Advertisement

Career Guidance with Immigrants

  • Charles P. Chen

As a human phenomenon influenced by complex political, economic, and social factors, immigration has become an increasingly important issue to many countries in an era of globalisation (Polachek, Chiswick, & Rapoport, 2006). One of the main challenges that accompany the growing trend of immigration lies with the effective utilisation of human resources in this process. The ultimate goal for this human resource management is a reciprocal and beneficial interaction between the two parties involved in this phenomenon, that is, the immigrants and the host country. A better adjustment to the host country provides a more amiable experience that facilitates the wellness of the immigrants who aim to become responsible, healthy, and productive citizens in the new social and societal environment. The better this adjustment, the more contributions immigrants will make to their host country society, and the more benefit the host country will receive through the process of immigration.

Enhancing immigrants’ adjustment in the host country requires some comprehensive consideration that encompasses two general aspects, namely, personal/ social and vocational adjustment. While the central focus of this chapter is on the vocational aspect of immigrants’ adjustment, it keeps in mind that the vocational experience always intertwines with the personal/social experience, making the worklife and vocational adjustment an enriching yet very often challenging experience for this population.

Keywords

Host Country Career Development Recent Immigrant Host Society Career Guidance 
These keywords were added by machine and not by the authors. This process is experimental and the keywords may be updated as the learning algorithm improves.

Preview

Unable to display preview. Download preview PDF.

Unable to display preview. Download preview PDF.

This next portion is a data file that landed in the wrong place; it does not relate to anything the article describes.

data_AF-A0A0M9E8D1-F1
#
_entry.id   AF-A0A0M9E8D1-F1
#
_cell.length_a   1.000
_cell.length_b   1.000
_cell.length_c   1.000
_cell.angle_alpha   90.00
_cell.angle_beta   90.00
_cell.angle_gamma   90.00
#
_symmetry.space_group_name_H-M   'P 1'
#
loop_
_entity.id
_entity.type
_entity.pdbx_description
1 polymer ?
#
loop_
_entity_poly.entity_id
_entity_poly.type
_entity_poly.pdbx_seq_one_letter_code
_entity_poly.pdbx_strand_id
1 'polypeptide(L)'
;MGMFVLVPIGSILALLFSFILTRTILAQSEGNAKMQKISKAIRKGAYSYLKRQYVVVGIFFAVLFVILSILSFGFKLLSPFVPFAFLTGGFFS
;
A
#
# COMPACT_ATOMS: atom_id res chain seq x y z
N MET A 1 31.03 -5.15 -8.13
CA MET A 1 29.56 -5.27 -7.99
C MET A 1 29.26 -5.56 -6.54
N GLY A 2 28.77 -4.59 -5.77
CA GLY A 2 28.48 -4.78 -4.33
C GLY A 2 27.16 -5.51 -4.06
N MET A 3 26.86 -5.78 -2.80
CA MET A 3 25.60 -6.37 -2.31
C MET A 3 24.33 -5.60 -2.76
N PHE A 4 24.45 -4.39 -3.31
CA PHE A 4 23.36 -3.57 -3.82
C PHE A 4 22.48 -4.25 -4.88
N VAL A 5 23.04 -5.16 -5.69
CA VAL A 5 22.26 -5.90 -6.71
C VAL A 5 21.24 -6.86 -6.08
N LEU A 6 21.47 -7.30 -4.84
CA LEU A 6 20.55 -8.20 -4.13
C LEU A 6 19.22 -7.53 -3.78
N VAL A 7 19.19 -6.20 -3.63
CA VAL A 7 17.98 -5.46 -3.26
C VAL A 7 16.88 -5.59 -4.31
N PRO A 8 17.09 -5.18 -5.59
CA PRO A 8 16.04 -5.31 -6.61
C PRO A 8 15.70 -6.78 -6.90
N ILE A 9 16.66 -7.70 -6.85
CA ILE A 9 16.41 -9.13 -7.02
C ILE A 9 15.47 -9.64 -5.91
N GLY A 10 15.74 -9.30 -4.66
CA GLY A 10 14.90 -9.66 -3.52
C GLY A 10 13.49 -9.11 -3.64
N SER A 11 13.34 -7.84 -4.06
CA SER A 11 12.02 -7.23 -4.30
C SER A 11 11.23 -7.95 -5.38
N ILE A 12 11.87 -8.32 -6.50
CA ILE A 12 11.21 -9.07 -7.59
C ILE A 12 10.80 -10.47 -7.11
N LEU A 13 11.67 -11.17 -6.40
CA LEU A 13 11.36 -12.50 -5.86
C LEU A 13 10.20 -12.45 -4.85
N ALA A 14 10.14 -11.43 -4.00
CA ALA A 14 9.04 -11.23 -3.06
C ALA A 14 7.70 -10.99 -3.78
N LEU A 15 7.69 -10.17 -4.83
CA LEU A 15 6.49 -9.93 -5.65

References

  1. Allan, H. T., Larsen, J. A., Bryan, K., & Smith, P. A. (2004). The social reproduction of institutional racism: Internationally recruited nurses’ experiences of the British health services. Diversity in Health and Social Care, 1(2), 117.Google Scholar
  2. Amundson, N. E. (2003). Active engagement: Enhancing the career counselling process (2nd ed.). Richmond, Canada: Ergon Communications.Google Scholar
  3. Arthur, N., & Collins, S. (2005). Introduction to culture-infused counselling. In N. Arthur & S. Collins (Eds.), Culture-infused counselling: Celebrating the Canadian mosaic (pp. 3–40). Calgary, Canada: Counselling Concepts.Google Scholar
  4. Arthur, N., & Stewart, J. (2001). Multicultural counselling in the new millennium: Introduction to the special theme issue. Canadian Journal of Counseling, 35(1), 3–14.Google Scholar
  5. Bandura, A. (1986). Social foundations of thought and action: A social cognitive theory. Englewood Cliffs, NJ: Prentice-Hall.Google Scholar
  6. Bandura, A. (2001). Social cognitive theory: An agentic perspective. Annual Review of Psychology, 52, 1–25.CrossRefGoogle Scholar
  7. Bandura, A. (2002). Social cognitive theory in cultural context. Applied Psychology: An International Review, 51, 269–290.CrossRefGoogle Scholar
  8. Bauder, H. (2003). “Brain abuse” or the devaluation of immigrant labour in Canada. Antipode, 35(4), 699.CrossRefGoogle Scholar
  9. Betz, N. E. (1993). Toward the integration of multicultural and career psychology. The Career Development Quarterly, 42, 53–55.Google Scholar
  10. Betz, N. E., & Corning, A. F. (1993). The inseparability of “career” and “personal” counseling. The Career Development Quarterly, 42, 53–55.Google Scholar
  11. Bloch, D. P., & Richmond, L. J. (1998). Soul work: Finding the work you love, loving the work you have. Palo Alto, CA: Davies-Black.Google Scholar
  12. Bowman, S. L. (2003). Career intervention strategies for ethnic minorities. The Career Development Quarterly, 42, 14–25.Google Scholar